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BRICS: a dynamic group dominated by China

As the leaders of BRICS five emerging nations meet in Durban for a summit on Tuesday, economic data shows that the grouping of Brazil, China, India, Russia and South Africa now account for 25 percent of global GDP and 40 percent of the world’s population.

Here are some facts and figures about BRICS:

China: Boasting the world’s second largest economy — trailing only the United States — economic power-house China has become the informal leader of the group.

With a gross domestic product (GDP) of $8.25 trillion in 2012, the IMF estimates that the Chinese economy will climb by a whopping 8.2 percent in 2013.

In 2011, it clinched the No. 1 spot as exporter of goods.

It remains the globe’s most-populated country, with 1.34 billion inhabitants.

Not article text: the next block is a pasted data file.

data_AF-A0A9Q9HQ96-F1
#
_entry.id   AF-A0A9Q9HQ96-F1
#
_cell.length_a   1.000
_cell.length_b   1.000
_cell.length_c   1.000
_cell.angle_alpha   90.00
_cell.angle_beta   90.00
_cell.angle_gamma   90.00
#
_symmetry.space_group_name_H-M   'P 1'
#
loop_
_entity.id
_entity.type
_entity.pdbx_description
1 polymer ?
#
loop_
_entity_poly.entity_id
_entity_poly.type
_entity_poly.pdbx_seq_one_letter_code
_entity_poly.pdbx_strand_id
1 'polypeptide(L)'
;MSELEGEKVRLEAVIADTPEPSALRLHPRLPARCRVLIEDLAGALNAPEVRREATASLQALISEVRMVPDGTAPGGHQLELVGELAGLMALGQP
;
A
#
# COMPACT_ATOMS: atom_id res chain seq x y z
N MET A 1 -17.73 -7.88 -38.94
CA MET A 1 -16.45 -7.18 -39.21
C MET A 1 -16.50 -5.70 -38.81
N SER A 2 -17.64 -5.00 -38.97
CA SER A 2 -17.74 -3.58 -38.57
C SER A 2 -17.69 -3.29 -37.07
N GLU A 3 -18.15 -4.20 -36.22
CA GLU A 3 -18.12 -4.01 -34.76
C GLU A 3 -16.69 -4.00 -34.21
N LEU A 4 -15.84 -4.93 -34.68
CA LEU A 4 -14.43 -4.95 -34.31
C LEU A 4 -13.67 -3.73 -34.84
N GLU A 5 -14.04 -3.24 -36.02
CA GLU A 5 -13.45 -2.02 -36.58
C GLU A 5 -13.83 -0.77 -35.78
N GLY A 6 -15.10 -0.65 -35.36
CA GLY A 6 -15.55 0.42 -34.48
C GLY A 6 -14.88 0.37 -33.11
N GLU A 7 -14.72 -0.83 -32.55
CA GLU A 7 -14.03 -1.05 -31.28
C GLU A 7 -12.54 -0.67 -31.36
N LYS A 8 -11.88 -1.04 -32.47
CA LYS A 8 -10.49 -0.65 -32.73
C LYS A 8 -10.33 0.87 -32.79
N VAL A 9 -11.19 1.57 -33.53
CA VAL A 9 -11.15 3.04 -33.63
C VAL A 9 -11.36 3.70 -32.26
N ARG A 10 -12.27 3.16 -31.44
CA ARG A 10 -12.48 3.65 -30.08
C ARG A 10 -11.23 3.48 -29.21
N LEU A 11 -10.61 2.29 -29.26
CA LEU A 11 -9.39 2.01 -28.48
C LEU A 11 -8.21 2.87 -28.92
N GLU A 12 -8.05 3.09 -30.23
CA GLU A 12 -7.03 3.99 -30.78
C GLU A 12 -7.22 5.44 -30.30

Brazil: With a GDP of $2.425 trillion in 2012, Brazil is the world’s seventh largest economy. It holds only a modest place in world trade activity, however, and experienced sluggish growth of one percent last year.

The Brazilian economy, with its population of 196 million people, is forecast to grow 3.5 percent this year.

Russia: Ranking ninth on the list of the world’s biggest economies, Russia accumulated a GDP of $1.953 billion in 2012, boosted mainly by its gas exports, making it the world’s eighth largest exporter.

With a population of 141.9 million, Russia has managed to fend off much of the financial fallout caused by the European debt crisis, and despite experiencing a slight slow-down in economic growth in 2012, its economy is forecast to jump 3.7 percent in 2013.

India: Despite its population of 1.24 billion, India remains a smaller player among the world’s economies, falling into a 10th place with a GDP worth 1.946 trillion.

After shrinking from 7.9 percent to 4.5 percent growth between 2011 and 2012, India’s economy is expected to expand 5.9 percent this year.

South Africa: Smallest of the BRICS economies is South Africa. Placing 41st world exporters, the country has a GDP of $390 billion and a population of 50.5 million.

Having suffered amid the global financial down-turn, South Africa’s economy is forecast to grow by 2.8 percent this year and by 4.1 percent next year.